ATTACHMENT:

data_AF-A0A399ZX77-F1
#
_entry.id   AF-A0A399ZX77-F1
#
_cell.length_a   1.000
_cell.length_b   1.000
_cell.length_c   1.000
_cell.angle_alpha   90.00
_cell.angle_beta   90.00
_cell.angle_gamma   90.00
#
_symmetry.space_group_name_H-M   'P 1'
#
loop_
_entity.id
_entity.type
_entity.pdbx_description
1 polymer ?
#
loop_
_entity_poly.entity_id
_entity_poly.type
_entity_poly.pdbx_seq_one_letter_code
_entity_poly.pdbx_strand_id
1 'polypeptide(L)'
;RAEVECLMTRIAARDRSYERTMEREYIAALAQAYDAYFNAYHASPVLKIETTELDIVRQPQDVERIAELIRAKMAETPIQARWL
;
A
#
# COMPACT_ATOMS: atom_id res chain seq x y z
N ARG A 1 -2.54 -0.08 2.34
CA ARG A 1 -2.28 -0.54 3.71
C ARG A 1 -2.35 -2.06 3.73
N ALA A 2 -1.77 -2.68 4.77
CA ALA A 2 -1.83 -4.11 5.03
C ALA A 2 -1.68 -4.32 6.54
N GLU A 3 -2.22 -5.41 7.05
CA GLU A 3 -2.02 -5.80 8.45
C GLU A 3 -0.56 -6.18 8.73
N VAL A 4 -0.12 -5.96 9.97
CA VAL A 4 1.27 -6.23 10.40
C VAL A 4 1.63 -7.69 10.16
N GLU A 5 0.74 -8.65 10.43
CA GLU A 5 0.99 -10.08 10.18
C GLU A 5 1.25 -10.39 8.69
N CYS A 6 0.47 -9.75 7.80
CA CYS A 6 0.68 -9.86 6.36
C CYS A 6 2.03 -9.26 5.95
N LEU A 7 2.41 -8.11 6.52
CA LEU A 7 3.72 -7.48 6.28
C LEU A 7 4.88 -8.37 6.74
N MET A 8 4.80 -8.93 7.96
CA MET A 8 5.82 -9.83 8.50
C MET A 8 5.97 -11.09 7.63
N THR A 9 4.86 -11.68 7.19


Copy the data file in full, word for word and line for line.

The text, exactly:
data_AF-A0A399ZX77-F1
#
_entry.id   AF-A0A399ZX77-F1
#
_cell.length_a   1.000
_cell.length_b   1.000
_cell.length_c   1.000
_cell.angle_alpha   90.00
_cell.angle_beta   90.00
_cell.angle_gamma   90.00
#
_symmetry.space_group_name_H-M   'P 1'
#
loop_
_entity.id
_entity.type
_entity.pdbx_description
1 polymer ?
#
loop_
_entity_poly.entity_id
_entity_poly.type
_entity_poly.pdbx_seq_one_letter_code
_entity_poly.pdbx_strand_id
1 'polypeptide(L)'
;RAEVECLMTRIAARDRSYERTMEREYIAALAQAYDAYFNAYHASPVLKIETTELDIVRQPQDVERIAELIRAKMAETPIQARWL
;
A
#
# COMPACT_ATOMS: atom_id res chain seq x y z
N ARG A 1 -2.54 -0.08 2.34
CA ARG A 1 -2.28 -0.54 3.71
C ARG A 1 -2.35 -2.06 3.73
N ALA A 2 -1.77 -2.68 4.77
CA ALA A 2 -1.83 -4.11 5.03
C ALA A 2 -1.68 -4.32 6.54
N GLU A 3 -2.22 -5.41 7.05
CA GLU A 3 -2.02 -5.80 8.45
C GLU A 3 -0.56 -6.18 8.73
N VAL A 4 -0.12 -5.96 9.97
CA VAL A 4 1.27 -6.23 10.40
C VAL A 4 1.63 -7.69 10.16
N GLU A 5 0.74 -8.65 10.43
CA GLU A 5 0.99 -10.08 10.18
C GLU A 5 1.25 -10.39 8.69
N CYS A 6 0.47 -9.75 7.80
CA CYS A 6 0.68 -9.86 6.36
C CYS A 6 2.03 -9.26 5.95
N LEU A 7 2.41 -8.11 6.52
CA LEU A 7 3.72 -7.48 6.28
C LEU A 7 4.88 -8.37 6.74
N MET A 8 4.80 -8.93 7.96
CA MET A 8 5.82 -9.83 8.50
C MET A 8 5.97 -11.09 7.63
N THR A 9 4.86 -11.68 7.19